As an entrepreneur, everything about your business begins and ends with you. This means that, among many other skills, your communication must be excellent.
Employees and customers will look to you for answers, suggestions, and feedback. Think about it: if you are planning a product launch for two months from now, everyone involved in the launch will come to you with questions and concerns for the next several weeks. They will need to know about your preferences for graphic design, the language you’d like to use in the advertising, the product packaging, how to talk to an unhappy customer, and more. And your team will expect confident, clear answers.
Because this is your business and it matters deeply, it’s important to start practicing excellent communication skills. Clear communication will take a lot of the headache out of your business. Plus, it will keep your employees happy and informed.
Consider the following three C’s of communication. As you talk to your employees, clients, and customers, keep these three C’s in mind. This method of communication will ensure that your message comes across clearly.
The 3 C’s of Effective Communication
The What, Why and Who
The concept is your starting point. Basically, to communicate your concept, you need to master your pitch. Get the what and why out of your head and onto a piece of paper. You should be able to explain the basic concept in one or two sentences.
Ask yourself the following questions to gain greater clarity.
- Why is this a great idea?
- Why is it necessary?
- Who is it for?
- Why do they want it?
Consider each point. These are all a part of your concept, and communicating this clearly is absolutely necessary. You’ll need to communicate your concept to investors, family, friends, possible clients, and employees.
The When, Where, and How
In this step, you dive into the specific path you foresee your project taking. This is a chance to communicate the important details. Even if details are not your main strength, having structure is vital for communicating essential details to your team members. Investors and employees are typically the ones who want to know your course.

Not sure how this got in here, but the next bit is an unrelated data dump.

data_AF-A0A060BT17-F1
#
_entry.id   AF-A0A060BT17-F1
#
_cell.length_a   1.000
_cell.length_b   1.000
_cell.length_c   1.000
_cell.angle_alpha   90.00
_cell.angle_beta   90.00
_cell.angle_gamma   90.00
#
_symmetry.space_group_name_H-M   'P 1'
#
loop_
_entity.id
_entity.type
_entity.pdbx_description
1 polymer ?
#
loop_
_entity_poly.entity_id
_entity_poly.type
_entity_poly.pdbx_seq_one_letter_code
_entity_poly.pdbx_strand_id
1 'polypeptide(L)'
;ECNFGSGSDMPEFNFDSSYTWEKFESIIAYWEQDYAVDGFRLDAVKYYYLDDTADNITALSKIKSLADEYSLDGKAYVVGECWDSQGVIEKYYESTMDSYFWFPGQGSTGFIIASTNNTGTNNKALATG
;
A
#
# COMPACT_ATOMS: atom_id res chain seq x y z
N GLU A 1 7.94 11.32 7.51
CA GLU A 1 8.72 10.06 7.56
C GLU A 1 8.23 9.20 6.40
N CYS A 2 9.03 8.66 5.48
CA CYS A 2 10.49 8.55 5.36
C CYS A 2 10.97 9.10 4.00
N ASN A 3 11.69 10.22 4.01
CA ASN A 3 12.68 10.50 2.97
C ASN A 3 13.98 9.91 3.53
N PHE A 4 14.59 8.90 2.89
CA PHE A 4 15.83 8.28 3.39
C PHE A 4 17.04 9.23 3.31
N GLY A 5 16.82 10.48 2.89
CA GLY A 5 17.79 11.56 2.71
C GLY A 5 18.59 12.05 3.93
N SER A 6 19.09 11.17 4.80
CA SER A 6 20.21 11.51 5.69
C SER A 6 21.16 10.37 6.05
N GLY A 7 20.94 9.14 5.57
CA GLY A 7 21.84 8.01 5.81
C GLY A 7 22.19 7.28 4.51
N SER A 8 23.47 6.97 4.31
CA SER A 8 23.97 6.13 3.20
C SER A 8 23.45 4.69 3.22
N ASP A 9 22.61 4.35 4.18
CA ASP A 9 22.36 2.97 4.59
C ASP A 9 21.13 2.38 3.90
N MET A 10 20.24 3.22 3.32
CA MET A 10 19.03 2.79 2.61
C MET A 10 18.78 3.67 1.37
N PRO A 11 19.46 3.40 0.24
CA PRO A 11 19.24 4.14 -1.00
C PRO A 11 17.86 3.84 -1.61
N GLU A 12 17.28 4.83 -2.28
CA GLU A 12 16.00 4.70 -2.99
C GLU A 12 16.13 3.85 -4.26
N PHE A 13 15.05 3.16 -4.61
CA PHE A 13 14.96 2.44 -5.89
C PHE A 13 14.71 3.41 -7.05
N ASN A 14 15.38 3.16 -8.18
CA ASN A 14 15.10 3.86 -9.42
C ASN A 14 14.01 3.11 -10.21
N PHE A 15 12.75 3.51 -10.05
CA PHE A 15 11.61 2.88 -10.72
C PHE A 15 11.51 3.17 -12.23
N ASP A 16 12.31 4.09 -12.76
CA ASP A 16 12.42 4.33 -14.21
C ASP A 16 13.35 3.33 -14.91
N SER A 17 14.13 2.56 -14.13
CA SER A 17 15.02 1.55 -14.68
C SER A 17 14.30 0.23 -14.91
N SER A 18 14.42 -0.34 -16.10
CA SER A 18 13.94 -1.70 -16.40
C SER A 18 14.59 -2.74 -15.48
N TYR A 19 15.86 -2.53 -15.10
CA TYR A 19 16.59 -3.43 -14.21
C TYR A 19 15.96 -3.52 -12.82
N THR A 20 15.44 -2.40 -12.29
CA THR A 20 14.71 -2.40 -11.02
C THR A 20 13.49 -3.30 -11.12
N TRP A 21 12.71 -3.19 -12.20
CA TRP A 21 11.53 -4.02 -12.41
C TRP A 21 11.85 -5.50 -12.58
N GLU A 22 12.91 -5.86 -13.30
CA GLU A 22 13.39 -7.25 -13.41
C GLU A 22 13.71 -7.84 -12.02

Consider these questions about your course.
- What is your timeline?
- What flexibility does your timeline include?
- Where will you unroll this project? Online? In a specific location? Internationally?
- How will all of the details come together?
You’ve established a team and are beginning to work on your plans. At this point, your concept and course are in the hands of a select group of people – your employees. By now, you have taken a step back and allowed others to have some control. This is where the final C becomes necessary: you have to learn to effectively communicate your criticism.
As an entrepreneur, you need to make sure you have a core group of people around you that work well with you and have a heart for your project. But we are all human, and sometimes you will need to correct or reroute an employee. It’s important to sandwich your criticism between praise. Acknowledge the things the employee did right.
Consider these questions:
- What expectation was not met? (Usually frustration arises because of unmet expectations.)
- What is the responsible team member’s personality type? How does he/she receive criticism?
- What are some things the team member did well?
- What are 2-3 practical solutions to the problem?
Whether you consider yourself a great communicator or not, there is always room for improvement. If you only choose to work on one business skill in your entire life, communication should be that skill. Words have power.
Which area of communication do you need work on? Share with me in the comments!